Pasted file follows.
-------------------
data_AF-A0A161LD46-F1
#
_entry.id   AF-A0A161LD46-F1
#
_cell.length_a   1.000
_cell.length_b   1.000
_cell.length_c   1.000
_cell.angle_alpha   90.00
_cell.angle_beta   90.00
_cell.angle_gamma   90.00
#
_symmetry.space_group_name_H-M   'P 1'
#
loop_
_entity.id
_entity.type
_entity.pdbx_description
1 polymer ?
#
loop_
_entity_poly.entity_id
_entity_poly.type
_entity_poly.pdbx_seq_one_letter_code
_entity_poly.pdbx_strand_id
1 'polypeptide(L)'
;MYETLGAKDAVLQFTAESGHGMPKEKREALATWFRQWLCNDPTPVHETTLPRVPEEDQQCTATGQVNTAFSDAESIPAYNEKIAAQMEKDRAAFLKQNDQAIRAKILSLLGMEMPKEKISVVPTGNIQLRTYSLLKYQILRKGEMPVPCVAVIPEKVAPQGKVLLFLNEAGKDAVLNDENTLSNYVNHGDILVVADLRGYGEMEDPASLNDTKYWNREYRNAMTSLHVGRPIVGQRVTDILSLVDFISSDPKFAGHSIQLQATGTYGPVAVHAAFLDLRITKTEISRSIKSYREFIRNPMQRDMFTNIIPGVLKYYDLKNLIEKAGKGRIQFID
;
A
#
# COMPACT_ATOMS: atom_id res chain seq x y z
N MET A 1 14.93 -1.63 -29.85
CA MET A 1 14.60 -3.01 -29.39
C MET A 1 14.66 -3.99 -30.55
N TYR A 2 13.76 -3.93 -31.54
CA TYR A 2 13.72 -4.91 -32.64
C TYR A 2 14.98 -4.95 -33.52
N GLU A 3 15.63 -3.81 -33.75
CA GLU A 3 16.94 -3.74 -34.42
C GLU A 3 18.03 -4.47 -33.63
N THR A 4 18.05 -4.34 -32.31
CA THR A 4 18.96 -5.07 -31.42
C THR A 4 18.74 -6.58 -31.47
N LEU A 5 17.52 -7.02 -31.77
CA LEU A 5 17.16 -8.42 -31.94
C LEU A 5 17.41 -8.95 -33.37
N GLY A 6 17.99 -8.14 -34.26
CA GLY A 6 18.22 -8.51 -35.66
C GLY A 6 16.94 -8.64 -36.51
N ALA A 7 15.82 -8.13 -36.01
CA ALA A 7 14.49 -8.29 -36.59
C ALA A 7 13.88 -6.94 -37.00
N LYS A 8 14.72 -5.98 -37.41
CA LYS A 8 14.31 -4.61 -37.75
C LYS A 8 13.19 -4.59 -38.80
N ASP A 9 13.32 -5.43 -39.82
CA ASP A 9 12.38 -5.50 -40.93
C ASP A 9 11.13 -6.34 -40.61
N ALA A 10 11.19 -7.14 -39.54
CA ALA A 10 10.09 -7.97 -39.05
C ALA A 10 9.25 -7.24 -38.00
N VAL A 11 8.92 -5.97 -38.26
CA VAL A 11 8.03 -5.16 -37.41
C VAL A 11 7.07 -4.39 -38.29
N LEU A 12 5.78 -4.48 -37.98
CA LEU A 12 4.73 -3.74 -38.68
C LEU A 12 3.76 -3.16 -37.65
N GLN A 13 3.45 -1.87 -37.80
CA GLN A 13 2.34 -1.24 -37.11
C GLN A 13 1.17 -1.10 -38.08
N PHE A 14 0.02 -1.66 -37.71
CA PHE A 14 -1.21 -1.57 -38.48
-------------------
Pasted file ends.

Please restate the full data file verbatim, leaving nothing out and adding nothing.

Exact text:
data_AF-A0A161LD46-F1
#
_entry.id   AF-A0A161LD46-F1
#
_cell.length_a   1.000
_cell.length_b   1.000
_cell.length_c   1.000
_cell.angle_alpha   90.00
_cell.angle_beta   90.00
_cell.angle_gamma   90.00
#
_symmetry.space_group_name_H-M   'P 1'
#
loop_
_entity.id
_entity.type
_entity.pdbx_description
1 polymer ?
#
loop_
_entity_poly.entity_id
_entity_poly.type
_entity_poly.pdbx_seq_one_letter_code
_entity_poly.pdbx_strand_id
1 'polypeptide(L)'
;MYETLGAKDAVLQFTAESGHGMPKEKREALATWFRQWLCNDPTPVHETTLPRVPEEDQQCTATGQVNTAFSDAESIPAYNEKIAAQMEKDRAAFLKQNDQAIRAKILSLLGMEMPKEKISVVPTGNIQLRTYSLLKYQILRKGEMPVPCVAVIPEKVAPQGKVLLFLNEAGKDAVLNDENTLSNYVNHGDILVVADLRGYGEMEDPASLNDTKYWNREYRNAMTSLHVGRPIVGQRVTDILSLVDFISSDPKFAGHSIQLQATGTYGPVAVHAAFLDLRITKTEISRSIKSYREFIRNPMQRDMFTNIIPGVLKYYDLKNLIEKAGKGRIQFID
;
A
#
# COMPACT_ATOMS: atom_id res chain seq x y z
N MET A 1 14.93 -1.63 -29.85
CA MET A 1 14.60 -3.01 -29.39
C MET A 1 14.66 -3.99 -30.55
N TYR A 2 13.76 -3.93 -31.54
CA TYR A 2 13.72 -4.91 -32.64
C TYR A 2 14.98 -4.95 -33.52
N GLU A 3 15.63 -3.81 -33.75
CA GLU A 3 16.94 -3.74 -34.42
C GLU A 3 18.03 -4.47 -33.63
N THR A 4 18.05 -4.34 -32.31
CA THR A 4 18.96 -5.07 -31.42
C THR A 4 18.74 -6.58 -31.47
N LEU A 5 17.52 -7.02 -31.77
CA LEU A 5 17.16 -8.42 -31.94
C LEU A 5 17.41 -8.95 -33.37
N GLY A 6 17.99 -8.14 -34.26
CA GLY A 6 18.22 -8.51 -35.66
C GLY A 6 16.94 -8.64 -36.51
N ALA A 7 15.82 -8.13 -36.01
CA ALA A 7 14.49 -8.29 -36.59
C ALA A 7 13.88 -6.94 -37.00
N LYS A 8 14.72 -5.98 -37.41
CA LYS A 8 14.31 -4.61 -37.75
C LYS A 8 13.19 -4.59 -38.80
N ASP A 9 13.32 -5.43 -39.82
CA ASP A 9 12.38 -5.50 -40.93
C ASP A 9 11.13 -6.34 -40.61
N ALA A 10 11.19 -7.14 -39.54
CA ALA A 10 10.09 -7.97 -39.05
C ALA A 10 9.25 -7.24 -38.00
N VAL A 11 8.92 -5.97 -38.26
CA VAL A 11 8.03 -5.16 -37.41
C VAL A 11 7.07 -4.39 -38.29
N LEU A 12 5.78 -4.48 -37.98
CA LEU A 12 4.73 -3.74 -38.68
C LEU A 12 3.76 -3.16 -37.65
N GLN A 13 3.45 -1.87 -37.80
CA GLN A 13 2.34 -1.24 -37.11
C GLN A 13 1.17 -1.10 -38.08
N PHE A 14 0.02 -1.66 -37.71
CA PHE A 14 -1.21 -1.57 -38.48